Tuesday, October 20, 2009


Go here and watch this video. Focus your attention closely and try to count the number of times that the team of people with black shirts passes the basketball:

Basketball passing

Eyewitness testimony is, of course, overrated. We have heard that it is not reliable many times, but we may fail to appreciate just how bad it can be. Daniel J. Simons, a visual cognition researcher at the University of Illinois has created a number of experiments with shocking results. In the video above, a group of people in white and black shirts pass a basketball back and forth while rapidly changing position. Subjects are instructed to watch the video and keep track of the number of times one of the teams exchanges the ball. During the video a man in a gorilla suit saunters across in front of the basketball players, looks at the camera, beats his chest, and then walks off screen. An amazing 56% of the test subjects, who were focusing their attention on the ball passing behind the gorilla failed to even notice the gorilla standing in plain sight. People who are shown Simons’ video and instructed to do the same are typically incredulous that the gorilla was there until they are shown the video again. Show the video to someone else and tell them to count the number of times the black shirt team passes the ball.

Simons, D. J., & Chabris, C. F. (1999). “Gorillas in our midst: Sustained inattentional blindness for dynamic events.” Perception, 28, 1059-1074.

There were 30 to 100 years that passed between the alleged events surrounding Jesus’ death and when they were written down by the authors of the Gospels who based their accounts on hearsay sources. The stories passed through an unknown number of people and repeated an unknown number of times before they were written down. But suppose that on the best case scenario, the authors actually spoke to someone who claimed to be a witness to the resurrection of Jesus. If we don’t notice a man in a gorilla suit jumping up and down in front of us as it is happening, how reliable is our recall going to be about something we think we saw 30 years ago?


mikespeir said...

I'm surprised. The gorilla got my attention immediately. I had assumed that the point of the exercise would be to prove different witnesses would come up with different counts. But I gave up trying to keep count early on. Maybe that was why the gorilla was so obvious to me.

Matt McCormick said...

One common reaction to the video is flat out disbelief or skepticism about the number of people who don't see it. But the study is a sound one. If the subject does not have any clue that there is something up and if she is instructed to focus on the ball passing, in more than half of the cases, she won't notice the gorilla at all. Simmons has a bunch of other videos and experiments that have produced similar results here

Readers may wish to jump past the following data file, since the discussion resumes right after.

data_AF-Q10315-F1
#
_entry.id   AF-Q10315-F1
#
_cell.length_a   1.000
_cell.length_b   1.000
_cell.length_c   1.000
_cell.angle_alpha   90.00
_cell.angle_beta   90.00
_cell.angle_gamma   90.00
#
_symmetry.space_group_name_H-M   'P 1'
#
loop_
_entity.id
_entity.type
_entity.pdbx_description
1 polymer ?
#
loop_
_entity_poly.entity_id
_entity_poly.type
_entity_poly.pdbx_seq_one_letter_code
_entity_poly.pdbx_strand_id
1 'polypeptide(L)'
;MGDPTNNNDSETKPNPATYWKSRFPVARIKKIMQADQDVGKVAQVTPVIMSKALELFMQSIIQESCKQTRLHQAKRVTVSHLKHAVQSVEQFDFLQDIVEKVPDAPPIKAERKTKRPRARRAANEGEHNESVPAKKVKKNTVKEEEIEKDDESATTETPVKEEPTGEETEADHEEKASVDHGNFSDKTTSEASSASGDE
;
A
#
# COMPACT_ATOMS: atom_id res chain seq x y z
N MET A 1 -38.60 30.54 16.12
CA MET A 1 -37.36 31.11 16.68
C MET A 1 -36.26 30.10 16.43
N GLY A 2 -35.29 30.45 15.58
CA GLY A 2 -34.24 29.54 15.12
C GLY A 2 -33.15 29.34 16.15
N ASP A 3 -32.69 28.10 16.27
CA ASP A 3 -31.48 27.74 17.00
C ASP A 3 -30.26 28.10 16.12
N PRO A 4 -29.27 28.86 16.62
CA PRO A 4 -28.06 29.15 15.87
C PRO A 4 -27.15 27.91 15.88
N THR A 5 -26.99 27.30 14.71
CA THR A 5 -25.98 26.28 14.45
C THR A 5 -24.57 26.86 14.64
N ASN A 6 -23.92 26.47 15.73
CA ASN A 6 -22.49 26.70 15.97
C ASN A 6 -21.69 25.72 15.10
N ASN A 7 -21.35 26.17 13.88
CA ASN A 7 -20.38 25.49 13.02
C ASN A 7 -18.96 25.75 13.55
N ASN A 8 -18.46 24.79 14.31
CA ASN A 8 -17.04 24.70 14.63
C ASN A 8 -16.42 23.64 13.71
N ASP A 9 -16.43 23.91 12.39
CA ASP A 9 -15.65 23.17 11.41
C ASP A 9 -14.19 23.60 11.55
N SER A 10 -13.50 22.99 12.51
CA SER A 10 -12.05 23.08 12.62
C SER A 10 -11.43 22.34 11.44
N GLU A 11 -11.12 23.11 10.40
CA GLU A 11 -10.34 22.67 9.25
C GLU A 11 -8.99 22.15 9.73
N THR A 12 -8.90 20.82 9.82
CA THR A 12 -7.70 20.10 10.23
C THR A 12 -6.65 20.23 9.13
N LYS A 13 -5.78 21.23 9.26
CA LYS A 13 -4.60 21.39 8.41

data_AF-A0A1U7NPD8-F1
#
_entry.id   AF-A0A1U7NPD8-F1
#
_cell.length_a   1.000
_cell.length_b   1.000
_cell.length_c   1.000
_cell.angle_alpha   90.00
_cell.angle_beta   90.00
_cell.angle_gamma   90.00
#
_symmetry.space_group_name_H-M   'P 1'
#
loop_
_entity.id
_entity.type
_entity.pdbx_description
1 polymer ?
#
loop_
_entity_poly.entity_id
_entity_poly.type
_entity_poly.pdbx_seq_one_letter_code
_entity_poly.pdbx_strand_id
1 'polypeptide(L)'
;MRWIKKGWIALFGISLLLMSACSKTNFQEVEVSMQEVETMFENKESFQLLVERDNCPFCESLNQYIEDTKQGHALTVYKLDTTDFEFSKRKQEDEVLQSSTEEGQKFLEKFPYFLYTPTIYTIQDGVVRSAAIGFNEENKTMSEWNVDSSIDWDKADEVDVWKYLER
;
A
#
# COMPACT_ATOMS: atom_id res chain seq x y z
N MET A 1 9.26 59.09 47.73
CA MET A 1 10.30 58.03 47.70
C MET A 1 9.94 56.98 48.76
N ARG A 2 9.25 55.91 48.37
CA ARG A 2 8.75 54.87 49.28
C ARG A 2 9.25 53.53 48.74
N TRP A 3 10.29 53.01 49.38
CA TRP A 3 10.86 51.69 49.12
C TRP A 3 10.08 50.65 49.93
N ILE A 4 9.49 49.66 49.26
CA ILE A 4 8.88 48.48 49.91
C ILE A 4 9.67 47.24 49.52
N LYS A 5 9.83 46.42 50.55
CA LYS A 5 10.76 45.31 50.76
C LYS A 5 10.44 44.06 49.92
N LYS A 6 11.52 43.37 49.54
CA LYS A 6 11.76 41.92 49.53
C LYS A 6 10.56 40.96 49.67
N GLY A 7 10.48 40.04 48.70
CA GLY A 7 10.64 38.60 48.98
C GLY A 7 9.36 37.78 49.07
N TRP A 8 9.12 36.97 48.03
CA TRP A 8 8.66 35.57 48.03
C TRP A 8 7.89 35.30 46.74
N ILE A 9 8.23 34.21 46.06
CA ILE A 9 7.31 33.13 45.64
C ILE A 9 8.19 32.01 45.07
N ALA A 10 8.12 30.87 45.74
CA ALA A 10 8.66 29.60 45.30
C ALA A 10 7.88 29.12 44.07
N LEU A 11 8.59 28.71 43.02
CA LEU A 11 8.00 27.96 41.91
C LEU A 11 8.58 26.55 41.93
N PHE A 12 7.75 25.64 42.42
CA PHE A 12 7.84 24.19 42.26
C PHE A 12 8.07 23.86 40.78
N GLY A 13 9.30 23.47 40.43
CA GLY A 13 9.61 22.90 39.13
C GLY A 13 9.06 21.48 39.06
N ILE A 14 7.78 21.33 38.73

demo page

Eric Sotnak said...

The link to the demo page is bad. I think this is the page you wanted?:

Matt McCormick said...

Oops, thanks ES.


Anonymous said...

I don't believe I saw this video in my psych class, but it was discussed by the professor. He said that after the experiment, the video was replayed for those who couldn't believe a gorilla had walked through, and that a few people insisted that it was a different video than the first time around -- they thought that the vcr had been rigged.

feralboy12 said...

I once watched (online) what I thought was the gorilla video, and I kept looking for the gorilla...and missed the moonwalking bear.


I counted the correct number of passes the people in white passed the ball the first time which was 15. So what does that prove about being eyewitnesses during the first century.

Matt McCormick said...

I take then, Righteous Life, that you entirely missed the guy in the gorilla suit who walked across the front of the basketball game, waved his arms at the camera, and then walked off. What that proves about witnesses in the first century is the same thing that it proves about all eyewitnesses, they are notoriously bad at even noticing the blindingly obvious. Thanks for making my point so well.


Anonymous said...

I've seen this video before, but the one I saw had the gorilla and several other things change in the video.

This is assuming if they are in fact eyewitness accounts... But how can an eyewitness account be in third person.

Unknown said...

Tell me how many people in BLACK passed the ball, Righteous Life? That was also bleedingly obvious, iff you were focused on it. The lesson is that you will see what you mind is primed to see, and miss everything else. Worse, if you are sufficiently primed you will even see what is provably NOT there. Magicians make use of this knowledge all the time. Theist apologists do it without understanding what they are doing.